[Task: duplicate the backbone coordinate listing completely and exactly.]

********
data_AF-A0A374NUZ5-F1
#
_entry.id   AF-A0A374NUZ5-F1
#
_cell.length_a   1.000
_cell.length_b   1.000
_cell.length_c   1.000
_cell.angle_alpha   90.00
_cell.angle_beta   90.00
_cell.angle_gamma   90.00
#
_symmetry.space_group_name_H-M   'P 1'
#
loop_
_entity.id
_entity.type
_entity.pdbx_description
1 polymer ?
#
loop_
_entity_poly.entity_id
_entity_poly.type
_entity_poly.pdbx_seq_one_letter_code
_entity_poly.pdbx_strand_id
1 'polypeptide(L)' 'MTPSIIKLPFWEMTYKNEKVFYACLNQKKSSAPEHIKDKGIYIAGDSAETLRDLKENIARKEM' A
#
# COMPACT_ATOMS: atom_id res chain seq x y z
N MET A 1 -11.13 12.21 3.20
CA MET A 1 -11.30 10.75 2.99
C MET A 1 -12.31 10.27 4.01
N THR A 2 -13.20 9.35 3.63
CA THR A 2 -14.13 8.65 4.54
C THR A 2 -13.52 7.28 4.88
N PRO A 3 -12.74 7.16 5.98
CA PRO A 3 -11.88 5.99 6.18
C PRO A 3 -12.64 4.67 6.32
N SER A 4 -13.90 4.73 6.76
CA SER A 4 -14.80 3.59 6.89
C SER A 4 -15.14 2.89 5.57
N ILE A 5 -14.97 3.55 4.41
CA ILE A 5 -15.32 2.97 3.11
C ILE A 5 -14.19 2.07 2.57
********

data_AF-A0A374NUZ5-F1
#
_entry.id   AF-A0A374NUZ5-F1
#
_cell.length_a   1.000
_cell.length_b   1.000
_cell.length_c   1.000
_cell.angle_alpha   90.00
_cell.angle_beta   90.00
_cell.angle_gamma   90.00
#
_symmetry.space_group_name_H-M   'P 1'
#
loop_
_entity.id
_entity.type
_entity.pdbx_description
1 polymer ?
#
loop_
_entity_poly.entity_id
_entity_poly.type
_entity_poly.pdbx_seq_one_letter_code
_entity_poly.pdbx_strand_id
1 'polypeptide(L)' 'MTPSIIKLPFWEMTYKNEKVFYACLNQKKSSAPEHIKDKGIYIAGDSAETLRDLKENIARKEM' A
#
# COMPACT_ATOMS: atom_id res chain seq x y z
N MET A 1 -11.13 12.21 3.20
CA MET A 1 -11.30 10.75 2.99
C MET A 1 -12.31 10.27 4.01
N THR A 2 -13.20 9.35 3.63
CA THR A 2 -14.13 8.65 4.54
C THR A 2 -13.52 7.28 4.88
N PRO A 3 -12.74 7.16 5.98
CA PRO A 3 -11.88 5.99 6.18
C PRO A 3 -12.64 4.67 6.32
N SER A 4 -13.90 4.73 6.76
CA SER A 4 -14.80 3.59 6.89
C SER A 4 -15.14 2.89 5.57
N ILE A 5 -14.97 3.55 4.41
CA ILE A 5 -15.32 2.97 3.11
C ILE A 5 -14.19 2.07 2.57